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Lucas Harlem
01-10-2006, 04:25 AM
Reference: I am using The Basic Stamp 2P40 pin Stamps

I have some concern about the write command, this is what the help file says

The EEPROM can only accept a finite number of write cycles per location before it wears out. The table above indicates the guaranteed number of writes before failure.

1. Will I have to replace the Basic Stamp when this failure occurs?
2. What exactly is a failure?
3. Is their anyway to fix this after it happens? For example a Low Level Format utility for the Stamp, "similar to that of a hard drive"

This is an area of concern for me, because the stamps will be used in an industrial application and I cannot afford to be replacing stamps. Is there another Non Volitle way to write to EEPROM without the stamp wearing out?

Thanks

Lucas Harlem

Chris Savage
01-10-2006, 04:36 AM
Lucas,

Writing to the EEPROM constantly in a loop as if it were RAM can cause failure pretty quickly. Normally this wouldn't happen. Things that are constantly being updated should be kept in RAM. Settings and long term storage can be written to the EEPROM. For example, data logging. The thing is, you don't want to write to the same location repeatedly.

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Chris Savage
Parallax Tech Support
csavage@parallax.com (mailto:csavage@parallax.com)

stamptrol
01-10-2006, 04:38 AM
Lucas,

Theres nothing different about the EEPROM used in the Stamp compared to other products. All EEPROMS have the same concern. If you know you'll need non-volatile storage for very many write cycles, you'll have to consider some flash memory or battery backed RAM, both of which will work fine with the Stamps.

If you give a few more details of the application, I'm sure you'll get some helpful responses.

Regards,
Tom

allanlane5
01-10-2006, 05:55 AM
Each location in the EEPROM can be written to a limited number of times -- for example, one million writes.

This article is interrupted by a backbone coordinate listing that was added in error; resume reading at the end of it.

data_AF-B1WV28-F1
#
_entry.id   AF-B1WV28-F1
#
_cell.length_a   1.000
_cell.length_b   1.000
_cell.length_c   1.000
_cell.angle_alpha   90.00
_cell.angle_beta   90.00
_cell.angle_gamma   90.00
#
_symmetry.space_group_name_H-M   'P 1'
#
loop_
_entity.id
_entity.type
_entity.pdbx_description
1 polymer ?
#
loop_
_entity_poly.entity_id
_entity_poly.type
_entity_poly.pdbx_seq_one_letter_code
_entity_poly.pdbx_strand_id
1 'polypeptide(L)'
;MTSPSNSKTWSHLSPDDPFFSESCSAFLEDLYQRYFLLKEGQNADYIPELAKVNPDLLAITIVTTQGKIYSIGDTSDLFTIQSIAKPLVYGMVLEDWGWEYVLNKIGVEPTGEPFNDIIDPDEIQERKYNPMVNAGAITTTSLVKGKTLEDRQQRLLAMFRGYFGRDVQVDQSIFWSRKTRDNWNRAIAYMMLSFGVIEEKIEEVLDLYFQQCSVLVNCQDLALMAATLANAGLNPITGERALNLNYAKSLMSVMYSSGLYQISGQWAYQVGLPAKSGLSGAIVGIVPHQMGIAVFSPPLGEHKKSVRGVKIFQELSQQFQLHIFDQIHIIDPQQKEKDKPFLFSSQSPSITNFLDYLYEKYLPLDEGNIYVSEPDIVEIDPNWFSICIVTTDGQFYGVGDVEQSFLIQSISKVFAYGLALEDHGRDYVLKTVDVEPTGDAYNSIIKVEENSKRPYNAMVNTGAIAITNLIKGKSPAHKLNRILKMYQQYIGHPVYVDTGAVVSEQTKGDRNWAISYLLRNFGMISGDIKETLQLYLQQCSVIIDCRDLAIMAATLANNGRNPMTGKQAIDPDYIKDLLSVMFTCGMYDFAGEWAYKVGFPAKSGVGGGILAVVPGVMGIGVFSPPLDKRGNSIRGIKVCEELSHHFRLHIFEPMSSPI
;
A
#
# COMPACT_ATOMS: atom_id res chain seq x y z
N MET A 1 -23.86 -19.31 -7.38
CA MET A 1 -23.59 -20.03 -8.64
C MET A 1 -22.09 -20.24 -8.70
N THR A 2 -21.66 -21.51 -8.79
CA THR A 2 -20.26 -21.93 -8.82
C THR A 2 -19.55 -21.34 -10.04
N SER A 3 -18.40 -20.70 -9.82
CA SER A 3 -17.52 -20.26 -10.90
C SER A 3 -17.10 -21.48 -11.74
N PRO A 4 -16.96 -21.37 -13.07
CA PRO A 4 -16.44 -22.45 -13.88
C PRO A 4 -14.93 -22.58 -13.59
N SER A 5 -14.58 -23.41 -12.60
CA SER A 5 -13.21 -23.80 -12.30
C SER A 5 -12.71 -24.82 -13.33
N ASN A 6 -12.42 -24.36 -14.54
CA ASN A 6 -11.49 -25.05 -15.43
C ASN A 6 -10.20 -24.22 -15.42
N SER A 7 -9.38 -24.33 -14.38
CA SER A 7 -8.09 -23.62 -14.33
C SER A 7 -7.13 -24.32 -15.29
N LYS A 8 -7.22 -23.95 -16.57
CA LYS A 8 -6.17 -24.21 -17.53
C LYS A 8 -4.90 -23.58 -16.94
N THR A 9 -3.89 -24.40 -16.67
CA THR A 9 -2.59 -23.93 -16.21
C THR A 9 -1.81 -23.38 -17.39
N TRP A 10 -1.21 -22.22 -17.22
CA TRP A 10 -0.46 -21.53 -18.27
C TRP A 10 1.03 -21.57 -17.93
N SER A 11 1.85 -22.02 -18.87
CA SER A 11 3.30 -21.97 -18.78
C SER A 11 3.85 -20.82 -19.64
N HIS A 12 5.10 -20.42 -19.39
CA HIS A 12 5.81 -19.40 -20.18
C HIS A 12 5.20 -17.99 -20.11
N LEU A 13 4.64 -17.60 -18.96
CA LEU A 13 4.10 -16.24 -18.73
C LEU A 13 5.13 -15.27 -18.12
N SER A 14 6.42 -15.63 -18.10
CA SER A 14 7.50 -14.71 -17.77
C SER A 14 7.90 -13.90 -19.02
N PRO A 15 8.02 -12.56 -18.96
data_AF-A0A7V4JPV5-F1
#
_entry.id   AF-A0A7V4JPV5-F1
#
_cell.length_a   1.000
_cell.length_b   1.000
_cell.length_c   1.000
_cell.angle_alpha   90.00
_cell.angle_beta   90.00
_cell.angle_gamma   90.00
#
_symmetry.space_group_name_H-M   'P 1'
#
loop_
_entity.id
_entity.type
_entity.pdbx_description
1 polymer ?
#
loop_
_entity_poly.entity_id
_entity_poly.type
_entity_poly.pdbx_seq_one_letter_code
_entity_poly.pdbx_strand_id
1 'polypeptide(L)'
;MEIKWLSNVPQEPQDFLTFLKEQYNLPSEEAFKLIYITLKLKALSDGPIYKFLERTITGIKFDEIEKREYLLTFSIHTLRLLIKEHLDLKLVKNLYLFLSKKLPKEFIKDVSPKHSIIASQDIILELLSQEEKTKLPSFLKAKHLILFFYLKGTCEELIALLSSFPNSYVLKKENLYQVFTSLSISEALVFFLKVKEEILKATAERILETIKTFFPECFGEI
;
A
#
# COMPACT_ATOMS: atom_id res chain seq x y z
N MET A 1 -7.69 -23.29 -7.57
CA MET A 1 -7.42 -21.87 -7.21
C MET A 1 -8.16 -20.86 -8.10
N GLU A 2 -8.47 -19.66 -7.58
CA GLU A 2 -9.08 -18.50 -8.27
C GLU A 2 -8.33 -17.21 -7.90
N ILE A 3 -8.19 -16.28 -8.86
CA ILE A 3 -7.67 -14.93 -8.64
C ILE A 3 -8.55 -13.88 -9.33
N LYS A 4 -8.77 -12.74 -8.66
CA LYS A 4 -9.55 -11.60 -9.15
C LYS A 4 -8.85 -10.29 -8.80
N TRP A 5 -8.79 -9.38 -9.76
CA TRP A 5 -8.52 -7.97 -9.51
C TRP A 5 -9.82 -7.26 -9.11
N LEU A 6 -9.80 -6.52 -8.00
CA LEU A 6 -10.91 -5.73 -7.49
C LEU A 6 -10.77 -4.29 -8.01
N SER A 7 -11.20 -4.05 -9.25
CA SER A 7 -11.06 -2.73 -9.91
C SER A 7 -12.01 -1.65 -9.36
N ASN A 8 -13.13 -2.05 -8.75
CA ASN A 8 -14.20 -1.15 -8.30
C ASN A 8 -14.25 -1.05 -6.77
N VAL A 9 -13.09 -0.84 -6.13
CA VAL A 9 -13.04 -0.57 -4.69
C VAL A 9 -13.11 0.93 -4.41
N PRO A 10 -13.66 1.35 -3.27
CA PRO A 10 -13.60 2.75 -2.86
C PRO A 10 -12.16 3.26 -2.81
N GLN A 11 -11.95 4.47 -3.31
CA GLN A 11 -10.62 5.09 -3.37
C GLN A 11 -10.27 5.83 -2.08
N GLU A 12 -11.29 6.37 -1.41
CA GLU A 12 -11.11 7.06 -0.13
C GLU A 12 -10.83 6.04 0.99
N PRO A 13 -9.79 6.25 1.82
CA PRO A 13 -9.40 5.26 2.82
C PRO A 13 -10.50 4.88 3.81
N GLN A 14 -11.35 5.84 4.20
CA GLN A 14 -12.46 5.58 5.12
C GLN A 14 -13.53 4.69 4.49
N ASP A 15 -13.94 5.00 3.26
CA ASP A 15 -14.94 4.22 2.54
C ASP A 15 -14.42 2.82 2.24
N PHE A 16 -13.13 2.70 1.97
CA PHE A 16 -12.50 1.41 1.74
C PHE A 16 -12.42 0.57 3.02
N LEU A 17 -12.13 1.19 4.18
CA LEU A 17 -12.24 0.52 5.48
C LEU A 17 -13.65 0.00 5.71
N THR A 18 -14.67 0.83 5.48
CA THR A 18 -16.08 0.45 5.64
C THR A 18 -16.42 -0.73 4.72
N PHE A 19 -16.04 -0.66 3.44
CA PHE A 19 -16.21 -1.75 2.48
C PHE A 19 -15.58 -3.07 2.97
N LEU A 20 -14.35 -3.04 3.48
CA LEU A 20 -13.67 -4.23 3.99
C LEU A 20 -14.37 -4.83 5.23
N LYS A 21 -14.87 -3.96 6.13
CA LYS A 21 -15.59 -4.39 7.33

When it 'fails', what happens is if you read back what you thought you just wrote, the two values won't match.

Yes, replacing the BS2 is the only way to fix this, unless you're REALLY good with surface-mount soldering equipment.

The best way around this is to purchase a dinky 8-pin SPI interfaced eeprom, and use SHIFTIN/SHIFTOUT to communicate with it. Then, when THIS wears out, you install another dinky 8-pin eeprom.

If you wrote to the EEPROM once every hour, it would take a long time to wear it out -- like 114.15 YEARS (if my math is right).

If you write to the EEPROM once every millisecond, it will wear out in about 16.67 hours. So don't do that.

I don't know a lot about eeprom physics, but I believe the 'wear out' cycle involves destruction of the memory gate. Thus there's no 'low-level format' that could save you. True, if you're writing to the last location all the time, you could just write to the (last location - 1) until that wears out. The BS2 IDE won't complain unless you wear out a location it's actually trying to program.

Again, the best solution is an external eeprom -- 25L640 is SPI (SHIFTIN/SHIFTOUT) I think.

PJ Allen
01-10-2006, 07:02 AM
Paul Baker has often posted of "FRAM", which has the 1 trillion R/W cycles, much more than most any EEPROM. I believe they're available from newark.com (search this site for FRAM, it'll bounce back lots of posts/references.)

http://www.ramtron.com/doc/AboutFRAM/overview.asp

http://www.ramtron.com/lib/literature/datasheets/FM24C16Ads_r3.0.pdf




Post Edited (PJ Allen) : 1/9/2006 11:09:47 PM GMT